Next, invite the rest of the participants to share their own ideas or responses to the pitches in 2 minute elevator speeches. This round is meant to be fast, fun, and playful. Remind participants to keep working on building their LEGOs city together while listening to others share their ideas. Encourage participants to use “yes, and…” to build on each other’s ideas and collaboratively create a shared vision (Activity 2.6 Building on the Ideas of Others).
Reflect on the ideas shared and discuss:
- What were some common themes that came up in the three main pitches and/or the lightning round?
- What kinds of features did participants build in their ideal LEGO city?
- What was surprising about the ideas that were proposed?
In addition to these debriefing questions, the full description of Activity 5.7 Practicing Collaboration with Others also includes reflection questions, a practice journal prompt and additional resources to help participants dive deeper.
If you try out this activity, please share with us what you think:
We hope this toolkit activity helps participants approach serious topics from a creative and playful perspective, improving how they work together to incorporate different ideas and viewpoints into a shared vision for their campus, community, or workplace.
- Mark your calendars! Our next community gathering is Friday, May 5th at 2 pm (EDT). All are welcome! Register here.
- The Interactivity Foundation is organizing a 3-part interactive, small group conversation series, exploring dimensions of The Economy & Democracy. Join us for the second session on Wednesday, May 3 at 2pm (EDT). Invite your students! Register here.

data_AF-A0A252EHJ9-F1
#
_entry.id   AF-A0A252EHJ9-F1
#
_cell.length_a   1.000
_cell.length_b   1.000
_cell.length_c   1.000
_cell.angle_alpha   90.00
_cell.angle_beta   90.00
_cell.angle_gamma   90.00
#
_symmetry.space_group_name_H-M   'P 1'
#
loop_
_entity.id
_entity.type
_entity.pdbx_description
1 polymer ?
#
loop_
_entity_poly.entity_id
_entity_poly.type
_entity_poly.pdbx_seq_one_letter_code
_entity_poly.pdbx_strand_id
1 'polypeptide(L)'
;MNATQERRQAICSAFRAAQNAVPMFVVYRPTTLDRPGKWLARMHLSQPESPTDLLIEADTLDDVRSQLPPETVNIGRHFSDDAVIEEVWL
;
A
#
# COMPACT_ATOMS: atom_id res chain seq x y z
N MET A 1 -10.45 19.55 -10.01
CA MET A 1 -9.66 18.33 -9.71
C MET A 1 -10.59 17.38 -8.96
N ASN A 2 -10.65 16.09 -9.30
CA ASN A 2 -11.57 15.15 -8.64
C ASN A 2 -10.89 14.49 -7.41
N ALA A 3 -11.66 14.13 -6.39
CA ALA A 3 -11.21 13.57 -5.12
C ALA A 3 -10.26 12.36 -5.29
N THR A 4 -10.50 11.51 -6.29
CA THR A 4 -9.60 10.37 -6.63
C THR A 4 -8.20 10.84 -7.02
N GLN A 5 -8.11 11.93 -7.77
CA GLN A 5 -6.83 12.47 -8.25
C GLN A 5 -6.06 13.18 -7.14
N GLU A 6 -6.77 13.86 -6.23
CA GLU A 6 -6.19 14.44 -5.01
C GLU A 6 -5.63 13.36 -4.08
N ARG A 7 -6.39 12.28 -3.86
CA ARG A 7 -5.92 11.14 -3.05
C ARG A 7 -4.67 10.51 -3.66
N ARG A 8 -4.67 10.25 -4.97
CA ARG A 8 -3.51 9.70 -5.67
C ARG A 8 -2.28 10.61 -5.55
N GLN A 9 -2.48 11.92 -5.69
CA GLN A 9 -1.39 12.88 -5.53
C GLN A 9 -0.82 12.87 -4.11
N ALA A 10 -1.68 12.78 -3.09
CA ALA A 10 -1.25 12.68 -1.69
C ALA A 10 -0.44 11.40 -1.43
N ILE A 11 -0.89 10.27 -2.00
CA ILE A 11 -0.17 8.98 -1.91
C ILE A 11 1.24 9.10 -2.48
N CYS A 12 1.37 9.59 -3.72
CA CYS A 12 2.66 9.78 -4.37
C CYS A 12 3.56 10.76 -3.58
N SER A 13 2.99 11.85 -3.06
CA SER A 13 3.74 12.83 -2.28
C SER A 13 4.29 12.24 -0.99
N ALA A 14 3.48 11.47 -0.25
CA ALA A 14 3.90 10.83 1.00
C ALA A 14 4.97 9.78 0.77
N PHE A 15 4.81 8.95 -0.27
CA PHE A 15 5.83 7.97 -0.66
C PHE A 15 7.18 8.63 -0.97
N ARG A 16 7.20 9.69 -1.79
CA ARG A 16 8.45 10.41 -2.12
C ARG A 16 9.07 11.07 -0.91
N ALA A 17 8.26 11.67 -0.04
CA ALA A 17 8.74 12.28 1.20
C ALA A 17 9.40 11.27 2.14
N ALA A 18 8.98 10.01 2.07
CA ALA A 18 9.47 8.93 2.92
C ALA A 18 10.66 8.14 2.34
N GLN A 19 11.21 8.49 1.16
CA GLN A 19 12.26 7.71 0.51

- We will have an Interactive Workshop tomorrow, April 27th at 12 pm (EDT). This workshop will be an introduction to the Collaborative Discussion Toolkit and Certificate Program. Share with your friends and colleagues who would like to learn more! Register here.
- Warm Cookies of the Revolution is organizing many fun and unique events in April. These are in-person events that take place in and around Denver, Colorado. Check out their upcoming events here.
- The Greater Good Science Center at UC Berkeley is offering the Bridging Differences in Higher Education Learning Fellowship. This is a great opportunity for any leader in higher education — faculty, administrators, staff, or students — who wants to foster more constructive dialogue and understanding on US college campuses. Recipients will be be part of a 8-month facilitated virtual learning community from September 2023 to April 2024. The application deadline is May 22, 2023. Learn more and apply today!
- The School of Public Affairs at American University is hosting an online conversation about dialogue and pedagogy, “Can We Talk? Defining, Practicing, and Protecting Dialogue in Higher Education” on June 13th and 14th from 1pm – 5pm (EDT). Over the two days, this event will have four 90-minute sessions, each beginning with a short keynote followed by an interactive facilitated discussion. All are welcome! Register here.
- We are also accepting nominations for our Pilot Coach Training for Undergraduate Students. Space will be limited. You can learn more or nominate a student by emailing Shannon at [email protected]
Looking forward to collaborating,
Ritu Thomas & the Collaborative Discussion Team